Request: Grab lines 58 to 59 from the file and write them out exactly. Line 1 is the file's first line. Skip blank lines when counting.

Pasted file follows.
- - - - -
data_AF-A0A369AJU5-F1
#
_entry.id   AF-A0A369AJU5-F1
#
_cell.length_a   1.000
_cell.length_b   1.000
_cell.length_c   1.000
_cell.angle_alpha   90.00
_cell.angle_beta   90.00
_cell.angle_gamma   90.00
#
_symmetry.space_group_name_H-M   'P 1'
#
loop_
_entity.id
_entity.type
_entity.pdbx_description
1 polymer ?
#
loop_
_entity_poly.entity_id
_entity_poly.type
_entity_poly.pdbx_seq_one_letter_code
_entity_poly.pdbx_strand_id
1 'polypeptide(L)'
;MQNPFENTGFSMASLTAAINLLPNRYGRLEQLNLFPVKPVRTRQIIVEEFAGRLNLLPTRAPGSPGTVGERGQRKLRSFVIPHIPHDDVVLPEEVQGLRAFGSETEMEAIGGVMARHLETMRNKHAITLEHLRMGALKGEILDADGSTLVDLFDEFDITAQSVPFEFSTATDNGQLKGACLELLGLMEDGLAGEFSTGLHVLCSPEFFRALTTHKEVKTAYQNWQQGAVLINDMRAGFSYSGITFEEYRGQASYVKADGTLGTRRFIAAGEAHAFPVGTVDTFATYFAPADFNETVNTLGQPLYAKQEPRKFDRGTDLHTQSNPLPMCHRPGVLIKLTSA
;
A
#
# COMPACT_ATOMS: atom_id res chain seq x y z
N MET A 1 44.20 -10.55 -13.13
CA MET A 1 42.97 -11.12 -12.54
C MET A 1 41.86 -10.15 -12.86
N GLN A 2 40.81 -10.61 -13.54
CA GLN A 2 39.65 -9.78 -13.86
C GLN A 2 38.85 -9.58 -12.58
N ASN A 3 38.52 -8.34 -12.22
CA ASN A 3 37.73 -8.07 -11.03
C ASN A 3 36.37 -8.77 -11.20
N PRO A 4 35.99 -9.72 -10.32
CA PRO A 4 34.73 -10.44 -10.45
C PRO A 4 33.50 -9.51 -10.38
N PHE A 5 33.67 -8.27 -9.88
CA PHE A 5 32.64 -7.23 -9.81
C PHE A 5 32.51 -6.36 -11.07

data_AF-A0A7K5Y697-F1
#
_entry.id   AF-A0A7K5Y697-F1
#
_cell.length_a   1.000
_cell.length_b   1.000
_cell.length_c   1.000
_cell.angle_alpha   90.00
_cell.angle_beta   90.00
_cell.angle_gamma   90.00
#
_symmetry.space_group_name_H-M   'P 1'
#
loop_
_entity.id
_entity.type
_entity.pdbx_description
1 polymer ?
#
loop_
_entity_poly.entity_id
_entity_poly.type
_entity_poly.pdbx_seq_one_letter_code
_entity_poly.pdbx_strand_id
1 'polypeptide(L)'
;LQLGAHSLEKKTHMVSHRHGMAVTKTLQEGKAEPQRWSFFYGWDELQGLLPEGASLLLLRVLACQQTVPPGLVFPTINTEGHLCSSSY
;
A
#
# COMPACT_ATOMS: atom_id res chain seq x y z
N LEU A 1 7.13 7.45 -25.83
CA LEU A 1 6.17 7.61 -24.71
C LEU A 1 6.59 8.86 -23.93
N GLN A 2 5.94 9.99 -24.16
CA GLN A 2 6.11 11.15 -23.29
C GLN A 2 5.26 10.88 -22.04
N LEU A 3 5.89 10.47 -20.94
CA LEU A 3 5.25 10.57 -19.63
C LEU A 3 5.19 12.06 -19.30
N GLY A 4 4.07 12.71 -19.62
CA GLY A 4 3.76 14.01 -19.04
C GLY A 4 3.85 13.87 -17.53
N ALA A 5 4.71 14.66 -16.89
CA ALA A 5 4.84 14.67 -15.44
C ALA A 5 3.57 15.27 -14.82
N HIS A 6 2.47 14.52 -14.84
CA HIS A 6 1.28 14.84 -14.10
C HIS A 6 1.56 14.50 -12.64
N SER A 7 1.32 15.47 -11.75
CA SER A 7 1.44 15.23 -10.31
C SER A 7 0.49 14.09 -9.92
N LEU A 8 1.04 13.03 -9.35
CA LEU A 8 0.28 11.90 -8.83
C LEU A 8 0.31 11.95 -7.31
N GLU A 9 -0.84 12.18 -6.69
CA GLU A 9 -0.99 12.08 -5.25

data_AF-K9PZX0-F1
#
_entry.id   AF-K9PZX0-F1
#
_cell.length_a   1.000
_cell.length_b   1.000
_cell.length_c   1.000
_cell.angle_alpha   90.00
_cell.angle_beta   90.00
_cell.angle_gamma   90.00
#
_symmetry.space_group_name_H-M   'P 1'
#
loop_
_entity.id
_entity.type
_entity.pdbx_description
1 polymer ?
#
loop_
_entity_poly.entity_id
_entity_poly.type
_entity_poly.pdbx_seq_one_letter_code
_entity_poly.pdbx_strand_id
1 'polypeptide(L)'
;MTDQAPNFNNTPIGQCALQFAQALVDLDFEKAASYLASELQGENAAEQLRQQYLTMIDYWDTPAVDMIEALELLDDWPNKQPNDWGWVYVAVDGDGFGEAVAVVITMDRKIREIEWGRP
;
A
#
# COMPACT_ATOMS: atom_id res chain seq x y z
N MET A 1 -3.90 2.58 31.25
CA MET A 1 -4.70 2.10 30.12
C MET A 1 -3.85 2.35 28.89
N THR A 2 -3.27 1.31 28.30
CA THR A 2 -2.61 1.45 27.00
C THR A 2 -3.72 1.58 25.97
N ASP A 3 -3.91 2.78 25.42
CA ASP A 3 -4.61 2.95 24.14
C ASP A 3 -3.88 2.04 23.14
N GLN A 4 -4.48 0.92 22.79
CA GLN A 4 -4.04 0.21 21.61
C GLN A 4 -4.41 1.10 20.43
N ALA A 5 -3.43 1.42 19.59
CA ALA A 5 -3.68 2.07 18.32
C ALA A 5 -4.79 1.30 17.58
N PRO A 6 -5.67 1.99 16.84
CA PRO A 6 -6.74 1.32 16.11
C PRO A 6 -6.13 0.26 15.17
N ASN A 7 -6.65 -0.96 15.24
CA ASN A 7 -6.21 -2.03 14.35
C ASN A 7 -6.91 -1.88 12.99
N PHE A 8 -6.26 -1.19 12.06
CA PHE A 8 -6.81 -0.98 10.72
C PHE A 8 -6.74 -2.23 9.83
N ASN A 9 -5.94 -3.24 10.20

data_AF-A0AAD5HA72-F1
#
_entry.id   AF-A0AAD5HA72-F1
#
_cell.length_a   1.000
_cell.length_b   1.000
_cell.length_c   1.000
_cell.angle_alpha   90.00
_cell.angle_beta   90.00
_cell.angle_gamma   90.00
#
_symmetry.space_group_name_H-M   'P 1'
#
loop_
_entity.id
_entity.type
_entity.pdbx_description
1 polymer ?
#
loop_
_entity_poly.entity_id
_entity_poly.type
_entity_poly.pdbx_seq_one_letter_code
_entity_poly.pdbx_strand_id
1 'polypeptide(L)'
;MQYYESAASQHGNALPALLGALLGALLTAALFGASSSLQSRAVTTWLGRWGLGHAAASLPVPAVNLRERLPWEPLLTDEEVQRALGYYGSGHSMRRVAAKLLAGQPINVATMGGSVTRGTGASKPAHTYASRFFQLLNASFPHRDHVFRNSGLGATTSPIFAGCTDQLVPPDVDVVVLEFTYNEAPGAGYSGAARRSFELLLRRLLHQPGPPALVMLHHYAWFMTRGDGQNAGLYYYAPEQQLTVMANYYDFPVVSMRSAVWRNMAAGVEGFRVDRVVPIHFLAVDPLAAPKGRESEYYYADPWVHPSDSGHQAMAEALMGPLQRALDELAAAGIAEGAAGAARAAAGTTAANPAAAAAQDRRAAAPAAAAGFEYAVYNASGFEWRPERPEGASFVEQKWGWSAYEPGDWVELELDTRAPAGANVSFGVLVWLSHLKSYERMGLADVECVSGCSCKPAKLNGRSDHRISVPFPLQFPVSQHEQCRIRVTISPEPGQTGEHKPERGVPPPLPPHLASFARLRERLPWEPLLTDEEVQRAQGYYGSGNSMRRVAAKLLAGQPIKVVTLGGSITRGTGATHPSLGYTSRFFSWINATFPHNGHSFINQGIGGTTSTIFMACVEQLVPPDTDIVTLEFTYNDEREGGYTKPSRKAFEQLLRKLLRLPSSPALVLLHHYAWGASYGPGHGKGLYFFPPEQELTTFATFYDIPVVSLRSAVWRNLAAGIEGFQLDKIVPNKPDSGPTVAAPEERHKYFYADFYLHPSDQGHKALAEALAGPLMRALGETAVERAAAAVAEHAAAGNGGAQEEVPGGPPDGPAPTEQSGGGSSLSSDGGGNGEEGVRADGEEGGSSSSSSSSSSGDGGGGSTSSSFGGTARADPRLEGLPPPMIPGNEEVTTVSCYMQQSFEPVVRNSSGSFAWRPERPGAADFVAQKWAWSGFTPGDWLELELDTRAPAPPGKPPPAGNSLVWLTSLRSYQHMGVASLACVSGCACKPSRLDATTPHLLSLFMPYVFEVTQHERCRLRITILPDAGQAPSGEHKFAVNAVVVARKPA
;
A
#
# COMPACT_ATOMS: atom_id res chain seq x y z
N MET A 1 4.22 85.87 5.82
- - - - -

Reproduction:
#
loop_